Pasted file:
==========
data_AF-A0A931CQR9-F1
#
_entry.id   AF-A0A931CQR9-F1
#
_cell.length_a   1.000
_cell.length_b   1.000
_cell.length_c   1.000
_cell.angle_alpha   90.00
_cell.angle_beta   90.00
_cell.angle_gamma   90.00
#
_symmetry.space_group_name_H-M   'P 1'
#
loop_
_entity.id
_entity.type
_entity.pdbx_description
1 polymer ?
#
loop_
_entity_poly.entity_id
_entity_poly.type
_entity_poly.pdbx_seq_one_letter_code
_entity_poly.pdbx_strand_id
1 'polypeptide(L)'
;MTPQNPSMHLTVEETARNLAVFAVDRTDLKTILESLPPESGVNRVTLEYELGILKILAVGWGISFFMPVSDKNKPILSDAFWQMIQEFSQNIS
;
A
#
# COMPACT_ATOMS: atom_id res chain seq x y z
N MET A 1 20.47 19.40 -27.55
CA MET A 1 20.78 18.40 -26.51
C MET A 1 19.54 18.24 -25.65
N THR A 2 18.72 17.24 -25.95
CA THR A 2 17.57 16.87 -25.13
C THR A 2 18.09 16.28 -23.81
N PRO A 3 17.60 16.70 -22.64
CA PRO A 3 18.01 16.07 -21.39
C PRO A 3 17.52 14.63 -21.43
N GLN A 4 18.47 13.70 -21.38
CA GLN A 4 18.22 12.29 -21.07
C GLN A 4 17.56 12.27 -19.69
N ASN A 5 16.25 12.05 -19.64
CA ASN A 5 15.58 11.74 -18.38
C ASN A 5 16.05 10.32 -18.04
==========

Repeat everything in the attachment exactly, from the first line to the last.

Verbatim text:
data_AF-A0A931CQR9-F1
#
_entry.id   AF-A0A931CQR9-F1
#
_cell.length_a   1.000
_cell.length_b   1.000
_cell.length_c   1.000
_cell.angle_alpha   90.00
_cell.angle_beta   90.00
_cell.angle_gamma   90.00
#
_symmetry.space_group_name_H-M   'P 1'
#
loop_
_entity.id
_entity.type
_entity.pdbx_description
1 polymer ?
#
loop_
_entity_poly.entity_id
_entity_poly.type
_entity_poly.pdbx_seq_one_letter_code
_entity_poly.pdbx_strand_id
1 'polypeptide(L)'
;MTPQNPSMHLTVEETARNLAVFAVDRTDLKTILESLPPESGVNRVTLEYELGILKILAVGWGISFFMPVSDKNKPILSDAFWQMIQEFSQNIS
;
A
#
# COMPACT_ATOMS: atom_id res chain seq x y z
N MET A 1 20.47 19.40 -27.55
CA MET A 1 20.78 18.40 -26.51
C MET A 1 19.54 18.24 -25.65
N THR A 2 18.72 17.24 -25.95
CA THR A 2 17.57 16.87 -25.13
C THR A 2 18.09 16.28 -23.81
N PRO A 3 17.60 16.70 -22.64
CA PRO A 3 18.01 16.07 -21.39
C PRO A 3 17.52 14.63 -21.43
N GLN A 4 18.47 13.70 -21.38
CA GLN A 4 18.22 12.29 -21.07
C GLN A 4 17.56 12.27 -19.69
N ASN A 5 16.25 12.05 -19.64
CA ASN A 5 15.58 11.74 -18.38
C ASN A 5 16.05 10.32 -18.04